Tis the season of joy and celebration, right?
Yep. This is when we must muster our best tools to ignore the pain around us. Because for all the peace and happiness, this Christmas season is also one that sheds light…light on the places in our lives and relationships we’ve spent the rest of the year politely tucking away.
Those family members and friends we’ve gently (or not so gently) ignored? Yep. Right in our faces now. Trying to resist the urge to buy them passive aggressive gifts. Or declare our righteous indignation at whatever despicable view or practice they’ve somehow harmed us or the world with this year.
Joy and celebration.
What’s more, this is the season that same brokenness pours out onto our streets.
In the West Virginia panhandle, as in many other areas…too many other areas…you can’t honestly speak about our brokenness without naming the epidemic of opioid addiction tearing about lives, families and communities.
It is painful. And difficult.
We want it to stop, but we seem as powerless to stop it as the addicts themselves. We wrestle with the intersection of the responsibility we each have over our lives and decisions versus the powerlessness addicts face in their dependency. We criminalize addictions to some drugs while this time of year celebrating the actual biggest and most debilitating addiction in our communities and lives: alcohol. We’re a hot mess. But we’re darn well convinced our mess is someone else’s problem.
Yep, ironically, even as we protest other people’s lack of taking ownership of their own lives, we cast aside our own responsibility to ourselves and each other.
Yesterday I attended the monthly Berkeley County Ministerial Association meeting, where we heard a presentation from Kevin Knowles, Berkeley County’s Community Recovery Services Coordinator. He shared a host of information and statistics about addiction in our community.
Summary: drug addiction is a problem that is growing. And the costs are staggering: in addition to the crimes associated with drug use, in just the most extreme cases—overdoses—the cost to the taxpayers is around $1200 per emergency call. Over the past year in Berkeley County, that’s inching up towards half a million dollars.
We have the ability through tools like NARCAN, to bring addicts back from the brink of death. This is, however, an ability which challenges us. Because when you’re not an addict, you would think one such instance would scare you sober. But addiction defies logic. And good sense.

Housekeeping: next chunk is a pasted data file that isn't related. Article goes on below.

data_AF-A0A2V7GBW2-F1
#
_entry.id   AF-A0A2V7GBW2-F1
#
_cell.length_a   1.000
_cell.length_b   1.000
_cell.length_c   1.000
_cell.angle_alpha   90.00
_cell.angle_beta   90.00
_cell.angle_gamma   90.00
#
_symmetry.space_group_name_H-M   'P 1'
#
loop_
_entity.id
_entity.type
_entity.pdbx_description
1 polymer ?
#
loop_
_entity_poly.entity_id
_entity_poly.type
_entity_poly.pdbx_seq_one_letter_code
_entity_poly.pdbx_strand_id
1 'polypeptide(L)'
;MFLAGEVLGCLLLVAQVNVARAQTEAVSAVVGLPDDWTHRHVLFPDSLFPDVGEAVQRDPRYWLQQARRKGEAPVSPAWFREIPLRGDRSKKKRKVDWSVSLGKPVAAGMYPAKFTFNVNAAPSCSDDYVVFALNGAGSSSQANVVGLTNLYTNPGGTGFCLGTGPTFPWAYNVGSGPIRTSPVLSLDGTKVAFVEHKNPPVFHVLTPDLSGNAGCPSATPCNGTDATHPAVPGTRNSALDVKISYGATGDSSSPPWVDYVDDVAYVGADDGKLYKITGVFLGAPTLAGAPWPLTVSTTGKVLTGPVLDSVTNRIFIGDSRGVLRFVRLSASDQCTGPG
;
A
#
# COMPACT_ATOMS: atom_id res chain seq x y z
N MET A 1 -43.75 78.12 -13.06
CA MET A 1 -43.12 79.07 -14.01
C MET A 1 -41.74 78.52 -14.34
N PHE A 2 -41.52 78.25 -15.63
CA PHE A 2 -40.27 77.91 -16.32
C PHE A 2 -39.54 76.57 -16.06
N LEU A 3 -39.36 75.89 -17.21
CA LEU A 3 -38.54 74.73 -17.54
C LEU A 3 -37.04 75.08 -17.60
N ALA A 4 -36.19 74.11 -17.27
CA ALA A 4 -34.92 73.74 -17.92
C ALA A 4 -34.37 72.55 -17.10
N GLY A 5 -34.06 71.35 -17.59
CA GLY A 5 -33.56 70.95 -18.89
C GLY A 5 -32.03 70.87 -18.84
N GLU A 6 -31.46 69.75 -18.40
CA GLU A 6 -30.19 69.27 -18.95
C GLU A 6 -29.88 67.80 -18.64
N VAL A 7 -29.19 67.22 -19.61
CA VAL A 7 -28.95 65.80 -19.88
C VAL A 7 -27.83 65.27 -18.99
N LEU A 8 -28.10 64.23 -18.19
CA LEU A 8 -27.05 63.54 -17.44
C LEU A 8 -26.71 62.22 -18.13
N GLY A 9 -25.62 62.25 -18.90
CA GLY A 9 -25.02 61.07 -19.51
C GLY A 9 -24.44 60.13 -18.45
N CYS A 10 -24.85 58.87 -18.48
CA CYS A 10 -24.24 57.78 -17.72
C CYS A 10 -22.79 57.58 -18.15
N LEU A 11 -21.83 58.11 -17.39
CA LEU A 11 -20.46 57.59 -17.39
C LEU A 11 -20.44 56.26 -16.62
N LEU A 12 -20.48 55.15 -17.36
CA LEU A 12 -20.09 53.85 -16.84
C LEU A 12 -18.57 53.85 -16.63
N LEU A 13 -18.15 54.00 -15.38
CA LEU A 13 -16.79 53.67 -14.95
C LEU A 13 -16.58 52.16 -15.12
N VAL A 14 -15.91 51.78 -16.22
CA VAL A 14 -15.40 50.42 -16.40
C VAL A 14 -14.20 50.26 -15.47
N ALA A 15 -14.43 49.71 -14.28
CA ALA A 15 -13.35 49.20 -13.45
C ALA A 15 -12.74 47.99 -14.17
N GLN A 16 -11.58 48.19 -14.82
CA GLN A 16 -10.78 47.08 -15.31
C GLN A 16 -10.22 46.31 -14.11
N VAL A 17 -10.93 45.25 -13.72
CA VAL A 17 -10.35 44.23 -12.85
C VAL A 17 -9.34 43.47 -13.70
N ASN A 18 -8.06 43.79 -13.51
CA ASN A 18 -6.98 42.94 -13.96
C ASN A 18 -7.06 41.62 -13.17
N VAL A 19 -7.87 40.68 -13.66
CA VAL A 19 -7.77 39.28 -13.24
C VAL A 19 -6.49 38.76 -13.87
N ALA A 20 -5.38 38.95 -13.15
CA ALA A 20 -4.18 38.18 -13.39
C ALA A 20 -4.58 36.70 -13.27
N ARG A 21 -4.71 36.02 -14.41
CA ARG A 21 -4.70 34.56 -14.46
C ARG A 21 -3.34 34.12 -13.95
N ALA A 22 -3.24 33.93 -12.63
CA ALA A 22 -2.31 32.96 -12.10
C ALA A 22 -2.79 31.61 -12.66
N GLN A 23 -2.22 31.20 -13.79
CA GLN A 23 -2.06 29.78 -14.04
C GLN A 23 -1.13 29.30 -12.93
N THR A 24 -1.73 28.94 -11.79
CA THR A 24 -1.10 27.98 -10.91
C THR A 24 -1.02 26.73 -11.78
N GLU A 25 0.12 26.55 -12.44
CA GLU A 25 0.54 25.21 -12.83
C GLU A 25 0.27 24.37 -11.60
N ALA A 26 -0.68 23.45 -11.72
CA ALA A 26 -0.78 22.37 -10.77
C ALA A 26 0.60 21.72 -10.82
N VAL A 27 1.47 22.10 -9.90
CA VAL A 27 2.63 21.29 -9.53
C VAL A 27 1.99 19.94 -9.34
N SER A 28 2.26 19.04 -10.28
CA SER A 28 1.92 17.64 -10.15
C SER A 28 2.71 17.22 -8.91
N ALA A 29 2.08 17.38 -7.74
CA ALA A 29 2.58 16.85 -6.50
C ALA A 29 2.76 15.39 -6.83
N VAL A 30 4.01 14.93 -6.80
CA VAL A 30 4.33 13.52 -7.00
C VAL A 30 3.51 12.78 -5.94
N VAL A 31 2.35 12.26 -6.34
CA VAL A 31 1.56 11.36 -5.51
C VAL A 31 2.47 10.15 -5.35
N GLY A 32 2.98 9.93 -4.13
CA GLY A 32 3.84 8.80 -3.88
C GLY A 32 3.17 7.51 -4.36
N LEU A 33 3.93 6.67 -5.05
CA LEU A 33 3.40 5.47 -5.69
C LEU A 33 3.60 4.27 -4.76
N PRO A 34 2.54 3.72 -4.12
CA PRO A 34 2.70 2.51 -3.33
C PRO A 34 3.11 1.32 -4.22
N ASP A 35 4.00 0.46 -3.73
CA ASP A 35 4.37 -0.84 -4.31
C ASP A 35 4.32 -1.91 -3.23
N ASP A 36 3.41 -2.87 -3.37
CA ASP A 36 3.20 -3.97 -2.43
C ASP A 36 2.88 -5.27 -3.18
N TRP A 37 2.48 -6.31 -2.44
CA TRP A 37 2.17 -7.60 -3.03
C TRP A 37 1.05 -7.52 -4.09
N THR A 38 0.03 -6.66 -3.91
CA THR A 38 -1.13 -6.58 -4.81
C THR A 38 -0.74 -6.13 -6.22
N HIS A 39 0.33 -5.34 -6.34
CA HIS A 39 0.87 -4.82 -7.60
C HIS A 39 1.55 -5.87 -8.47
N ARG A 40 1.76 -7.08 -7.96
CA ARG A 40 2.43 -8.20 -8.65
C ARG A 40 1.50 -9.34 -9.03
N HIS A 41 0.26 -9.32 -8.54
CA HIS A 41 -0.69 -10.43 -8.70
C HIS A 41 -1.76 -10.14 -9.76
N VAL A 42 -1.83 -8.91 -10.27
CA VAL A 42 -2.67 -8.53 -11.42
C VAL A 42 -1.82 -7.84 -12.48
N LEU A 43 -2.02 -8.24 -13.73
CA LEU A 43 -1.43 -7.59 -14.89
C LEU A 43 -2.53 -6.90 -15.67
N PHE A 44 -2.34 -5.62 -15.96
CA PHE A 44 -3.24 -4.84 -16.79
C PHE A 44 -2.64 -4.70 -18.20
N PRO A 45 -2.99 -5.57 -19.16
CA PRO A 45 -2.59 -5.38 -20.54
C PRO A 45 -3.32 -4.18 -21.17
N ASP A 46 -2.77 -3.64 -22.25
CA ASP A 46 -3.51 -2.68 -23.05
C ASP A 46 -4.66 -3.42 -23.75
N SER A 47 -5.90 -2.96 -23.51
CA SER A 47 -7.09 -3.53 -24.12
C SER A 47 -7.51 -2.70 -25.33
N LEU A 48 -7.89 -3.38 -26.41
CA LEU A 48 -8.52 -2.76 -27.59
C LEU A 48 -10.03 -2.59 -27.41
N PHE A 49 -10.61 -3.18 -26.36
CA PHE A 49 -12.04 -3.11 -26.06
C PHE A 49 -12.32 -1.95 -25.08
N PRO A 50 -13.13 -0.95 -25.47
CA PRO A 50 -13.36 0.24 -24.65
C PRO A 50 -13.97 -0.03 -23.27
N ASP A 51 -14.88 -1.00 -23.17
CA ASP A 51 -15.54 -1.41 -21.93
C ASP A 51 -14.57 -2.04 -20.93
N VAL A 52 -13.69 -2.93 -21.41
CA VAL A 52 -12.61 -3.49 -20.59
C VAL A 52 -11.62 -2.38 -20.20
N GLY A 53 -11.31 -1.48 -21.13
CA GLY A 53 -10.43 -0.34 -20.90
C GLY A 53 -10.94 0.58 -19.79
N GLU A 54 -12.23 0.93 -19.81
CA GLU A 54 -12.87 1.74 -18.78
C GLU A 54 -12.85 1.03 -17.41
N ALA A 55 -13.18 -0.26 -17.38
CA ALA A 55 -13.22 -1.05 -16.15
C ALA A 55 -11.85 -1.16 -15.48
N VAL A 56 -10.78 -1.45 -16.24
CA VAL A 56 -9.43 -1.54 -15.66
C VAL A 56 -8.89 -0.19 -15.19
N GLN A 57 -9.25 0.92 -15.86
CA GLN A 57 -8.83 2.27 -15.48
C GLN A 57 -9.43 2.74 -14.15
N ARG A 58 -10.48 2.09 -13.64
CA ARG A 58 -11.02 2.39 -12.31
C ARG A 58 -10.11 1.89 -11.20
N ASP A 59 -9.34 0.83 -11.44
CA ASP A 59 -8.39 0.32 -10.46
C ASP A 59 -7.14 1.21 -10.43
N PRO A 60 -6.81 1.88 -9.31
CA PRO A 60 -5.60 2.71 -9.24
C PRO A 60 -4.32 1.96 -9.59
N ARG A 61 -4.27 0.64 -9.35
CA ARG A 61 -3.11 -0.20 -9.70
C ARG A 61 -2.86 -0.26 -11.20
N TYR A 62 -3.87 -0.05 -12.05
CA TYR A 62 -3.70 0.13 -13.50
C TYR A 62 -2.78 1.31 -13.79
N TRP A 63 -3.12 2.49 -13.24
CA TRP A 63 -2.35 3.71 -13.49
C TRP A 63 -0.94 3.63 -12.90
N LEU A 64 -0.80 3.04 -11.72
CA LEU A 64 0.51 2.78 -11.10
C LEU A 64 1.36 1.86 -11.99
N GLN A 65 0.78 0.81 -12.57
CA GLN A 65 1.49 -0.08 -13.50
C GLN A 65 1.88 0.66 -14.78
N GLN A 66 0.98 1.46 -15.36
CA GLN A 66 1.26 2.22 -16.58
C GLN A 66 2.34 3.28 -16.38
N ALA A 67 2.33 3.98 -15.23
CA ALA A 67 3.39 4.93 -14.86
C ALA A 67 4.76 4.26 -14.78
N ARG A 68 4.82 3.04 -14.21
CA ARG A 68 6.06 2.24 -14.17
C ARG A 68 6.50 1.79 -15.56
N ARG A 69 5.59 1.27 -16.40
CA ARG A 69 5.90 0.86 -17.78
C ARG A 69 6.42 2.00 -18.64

Addiction is a disease. It has consequences across the board—for bodies, relationships, communities, you name it. All addiction.
Did I mention alcohol?
During Kevin’s presentation, he shared a video of first person account which was from what I’m assuming was a sermon at The Living Room (a church in Martinsburg). The woman described her progression into addiction (and the falling apart of her life), starting with prescription pain pills. She explained that part of her sobriety was understanding that certain emotions (sadness, stress, etc.) are normal parts of life.
So where do we begin?
I’ve only scratched the surface of topics related to the drug epidemic. Clearly, there are crises in our lives and communities which are precursors to drug addiction.
How do we face the disappointments and brokenness of life?
How do we balance immediate relief vs. long term health?
When are medications the best treatment?
When are lifestyle changes needed?
Several years ago I read a powerful book, Autobiography of a Recovering Skinhead. It’s a powerful read for so many reasons. One small piece that really jumped out at me though was when he talks about how he finally got on a solid path to sobriety (the connection between his hate-filled past and his addictions is itself eye-opening). He shares that living in a sober house where he was required to take care of basic things, like making his bed each day, gave him the necessary structure (and eventually self-confidence) to begin to make even bigger and lasting changes.
I finished that book reminded that sometimes the most important steps are the smallest ones.
I am reminded of a Steven Curtis Chapman song I came across recently, Take Another Step.
If you are currently struggling in the face of pain and brokenness, overwhelmed by all that you cannot control, please know you are not alone. There is help. And no choice need be your last one. Take one step. One thing you can do to care for yourself well. Do that one thing now. Just that one thing. Talk to someone. Schedule that appointment with your doctor. Drink a glass of water. Take a nap. Eat a healthy, balanced meal. Take a walk. Take another step.
Recently, I was part of a discussion with some of our members at Arden about finding ways to help make a real impact on our community—and doing so in a way that works, not just doing stuff. I’m excited to see where these discussions lead.
I am going to be sharing more with you about what I’ve learned and am learning about our community, and how we can make meaningful and effective change happen. How we can be part of bringing healing and wholeness.
I invite you to do the same. To start, I invite you add discernment (for yourself and our congregation) to your prayers. Next, listen. Read. Learn as much as you can about how addiction unfolds in a person’s life. And what works to prevent or short-circuit it. If you have personal experiences, share with me or others who are trying to find solutions.
May the God of light lead us along a path where we might see clearly the way to move into health ourselves, and how to lead others into the same.